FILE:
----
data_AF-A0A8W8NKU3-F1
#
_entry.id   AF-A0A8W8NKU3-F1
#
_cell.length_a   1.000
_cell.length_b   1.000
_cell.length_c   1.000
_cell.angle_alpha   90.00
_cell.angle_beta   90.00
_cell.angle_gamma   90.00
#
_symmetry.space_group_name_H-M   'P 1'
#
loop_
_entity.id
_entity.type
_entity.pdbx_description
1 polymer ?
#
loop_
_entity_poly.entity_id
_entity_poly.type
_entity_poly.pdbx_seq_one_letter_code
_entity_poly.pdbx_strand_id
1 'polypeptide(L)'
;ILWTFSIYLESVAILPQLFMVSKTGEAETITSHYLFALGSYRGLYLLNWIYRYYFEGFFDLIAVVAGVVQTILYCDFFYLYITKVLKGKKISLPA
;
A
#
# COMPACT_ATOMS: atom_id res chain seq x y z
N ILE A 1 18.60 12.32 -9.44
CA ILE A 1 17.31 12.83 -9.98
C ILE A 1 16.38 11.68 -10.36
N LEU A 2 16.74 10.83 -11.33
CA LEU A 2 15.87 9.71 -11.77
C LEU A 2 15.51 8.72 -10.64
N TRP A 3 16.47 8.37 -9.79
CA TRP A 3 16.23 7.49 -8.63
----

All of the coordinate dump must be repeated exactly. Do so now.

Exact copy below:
data_AF-A0A8W8NKU3-F1
#
_entry.id   AF-A0A8W8NKU3-F1
#
_cell.length_a   1.000
_cell.length_b   1.000
_cell.length_c   1.000
_cell.angle_alpha   90.00
_cell.angle_beta   90.00
_cell.angle_gamma   90.00
#
_symmetry.space_group_name_H-M   'P 1'
#
loop_
_entity.id
_entity.type
_entity.pdbx_description
1 polymer ?
#
loop_
_entity_poly.entity_id
_entity_poly.type
_entity_poly.pdbx_seq_one_letter_code
_entity_poly.pdbx_strand_id
1 'polypeptide(L)'
;ILWTFSIYLESVAILPQLFMVSKTGEAETITSHYLFALGSYRGLYLLNWIYRYYFEGFFDLIAVVAGVVQTILYCDFFYLYITKVLKGKKISLPA
;
A
#
# COMPACT_ATOMS: atom_id res chain seq x y z
N ILE A 1 18.60 12.32 -9.44
CA ILE A 1 17.31 12.83 -9.98
C ILE A 1 16.38 11.68 -10.36
N LEU A 2 16.74 10.83 -11.33
CA LEU A 2 15.87 9.71 -11.77
C LEU A 2 15.51 8.72 -10.64
N TRP A 3 16.47 8.37 -9.79
CA TRP A 3 16.23 7.49 -8.63